This serving tray offers a unique style by incorporating two classic American hardwoods—cherry and maple—along with aluminum bar stock for the handles, and a subtle routed detail that you can add if desired. They tray is easy to build, though, using three boards, the aluminum bar, and some screws.
- 1 Board , 1x2 , 72"
- 1 Board , 1x2 , 48"
- 1 Board , 1x6 , 48"
Hardware & Supplies
- 9 1 1/4" fine-thread Kreg pocket-hole screws
- 8 #6 x 1 1/2" flat-head wood screws
- 1 1/2" x 36" Aluminum Round Rod
- 1 3/8" Cove Router Bit
Make the Bottom Rails
Start by cutting Two Bottom Rails to size from 1x2 maple, as shown in the cutting diagram. Set your Kreg Jig for 3/4"- thick material and drill pocket holes at each end at the locations shown. Notice that the pocket holes are off center. That way, when the center panel gets attached, the holes will be covered up. Now you need to drill four holes, as shown, in line with the pocket holes. These will be used to attach the outer parts of the tray, called Wings, later. Use a 1/8" drill bit with a countersink, or follow up with a larger-diameter bit to countersink the holes, as shown.
Make the Handle Rails
Cut two Handle Rails to length from a 1x2 maple, as shown in the cutting diagram. One end of each Handle Rail is cut square, and the other at a 15° angle. After cutting the pieces, round over the square end of each rail, as shown. The roundover is fairly small, so you can do it with a sander pretty quickly. Don’t drill the hole that will receive the Handle yet. It gets added after the Rails are assembled.
Lay the Bottom Rails with the pocket holes face up on a flat surface. Then position the first Handle Rail against a Bottom Rail, as shown. Note that the upper edge of the Handle Rail will sit flush with the upper edge of the Bottom Rail and there will be a slight overhang on the bottom. You can sand this flush after the glue dries. Apply glue to the mating edge of Handle and Bottom Rails, and then attach the parts using 1 1/4" fine-thread Kreg Screws. Repeat this for all four Handle Rails.
Drill the Handle Holes
When the glue dries on the Rail assemblies, sand them flat. This is also a good time to sand the Bottom Rail and Handle Rail connections so they are flush. Now you can drill the holes for the aluminum handles. To assure that the holes align properly, tape the two Rail assemblies tightly together, as shown. Mark the location of the Handle holes and then lay the assemblies on a scrap piece of plywood or wider board to help prevent tearout as you drill through the pieces. Secure the Rails to the work surface with clamps, and drill each set of holes making sure to keep the drill as perpendicular as possible.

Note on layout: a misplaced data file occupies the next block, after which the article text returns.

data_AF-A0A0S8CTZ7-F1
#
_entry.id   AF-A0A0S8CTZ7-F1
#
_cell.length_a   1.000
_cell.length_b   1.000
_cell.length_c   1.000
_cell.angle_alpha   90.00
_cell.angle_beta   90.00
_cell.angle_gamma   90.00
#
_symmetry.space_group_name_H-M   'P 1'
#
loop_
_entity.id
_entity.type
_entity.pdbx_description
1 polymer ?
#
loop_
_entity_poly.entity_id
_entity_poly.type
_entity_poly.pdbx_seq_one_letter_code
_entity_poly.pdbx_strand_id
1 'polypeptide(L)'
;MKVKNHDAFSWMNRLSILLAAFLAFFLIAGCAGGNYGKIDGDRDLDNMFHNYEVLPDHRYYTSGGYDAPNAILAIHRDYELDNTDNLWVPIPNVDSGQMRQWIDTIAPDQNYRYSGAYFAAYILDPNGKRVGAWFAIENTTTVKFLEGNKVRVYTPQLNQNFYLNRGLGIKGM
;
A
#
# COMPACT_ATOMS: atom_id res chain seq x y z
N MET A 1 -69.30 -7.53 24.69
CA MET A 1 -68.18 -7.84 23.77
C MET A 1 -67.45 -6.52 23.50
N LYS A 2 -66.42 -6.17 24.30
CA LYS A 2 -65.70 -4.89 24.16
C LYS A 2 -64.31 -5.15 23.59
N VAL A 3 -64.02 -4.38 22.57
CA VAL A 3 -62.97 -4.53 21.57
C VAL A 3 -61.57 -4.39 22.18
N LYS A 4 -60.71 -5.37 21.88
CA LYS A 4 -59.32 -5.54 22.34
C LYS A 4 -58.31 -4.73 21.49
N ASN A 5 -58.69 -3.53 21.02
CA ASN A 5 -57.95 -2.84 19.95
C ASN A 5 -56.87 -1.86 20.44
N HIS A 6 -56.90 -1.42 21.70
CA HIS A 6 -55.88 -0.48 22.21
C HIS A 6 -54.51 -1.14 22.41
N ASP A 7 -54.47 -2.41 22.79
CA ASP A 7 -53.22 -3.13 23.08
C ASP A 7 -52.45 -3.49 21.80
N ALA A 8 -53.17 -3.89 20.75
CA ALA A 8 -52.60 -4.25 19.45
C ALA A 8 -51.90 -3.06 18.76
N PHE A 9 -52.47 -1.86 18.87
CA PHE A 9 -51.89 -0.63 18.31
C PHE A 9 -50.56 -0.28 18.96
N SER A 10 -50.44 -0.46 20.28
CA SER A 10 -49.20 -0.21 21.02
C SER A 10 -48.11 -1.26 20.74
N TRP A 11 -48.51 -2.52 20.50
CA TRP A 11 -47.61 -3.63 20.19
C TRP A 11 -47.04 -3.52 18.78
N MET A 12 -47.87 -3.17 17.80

Make the Wings
Cut two Wings to length from 1x2 cherry, as shown in the cutting diagram. If you want to add the cove detail shown, chuck a 3/8" cove bit into your router, and then, rout a profile on one edge and both ends of each Wing as shown. If you don’t have a router or don’t want to add this detail, you can leave the edges square, or sand the edges of one face slightly to ease the sharp corner. Sand each Wing smooth.
Attach the Wings to the Rails
Apply glue along the flat edge of the Wing, and then align it with the Rail assembly so the upper face of the Wing is flush with the upper edge of the Bottom Rail, as shown. Clamp the Wing in place. Then use the holes in the Bottom Rail as guides to drill pilot holes in the Wings, as shown. This will prevent the wood from splitting as you next drive in four #6 x 1 1/2" flat-head wood screws to secure the Wing. Make sure that the screw heads are flush with or slightly below the surface of the Bottom Rail so they won’t get in the way later. Repeat this to join the other Wing to the second Wing to the other rail assembly.
Make the Center Boards
Cut two Center boards to length from 1x6 cherry, as shown in the cutting diagram. Drill pocket holes at the locations shown.
Complete the Center Panel
Apply glue the mating edges of the two Center Boards, align the ends and edges, and then clamp them together. Secure the boards together using 1 1/4" fine-thread Kreg Screws. After the glue dries, sand the surfaces flat. Using the same router set up as on the Wings, rout a cove profile on the ends of the panel (but not the edges) as shown.
Make the Handles
Using a hacksaw, cut two Handles to length from 1/2" aluminum bar, as shown in the cutting diagram. Use a file or sandpaper to sand the cut ends smooth. Then use a woven abrasive pad (such as Scotch-Brite) to polish the aluminum to a consistent finish.
Spread glue along one edge of the center panel, and then position it against one Rail/Wing assembly, as shown, so that the upper face of the panel is flush with the upper edge of the Bottom Rail. Clamp the panel in place, and then secure it using glue and 1 1/4" fine-thread Kreg Screws. Set the handles into the Handle Rails on that side. Then attach the second Rail/Wing assembly in the same way.
Finish It Up
Once the glue dries, clean away any excess that has squeezed out. Then do any final sanding that’s necessary. You’ll especially want to make sure the center panel is flush with the rails. Once that’s done, you need to add a protective finish. If you intend to use the serving tray for food, you need to make sure the finish is food safe. Common finishes include salad bowl finish, boiled linseed oil, or another finish that’s listed as food safe. We wiped on a couple of coats of. We applied a couple coats of Tried and True natural oil. It’s safe, offers protection, and really brings out the beauty of the maple and cherry.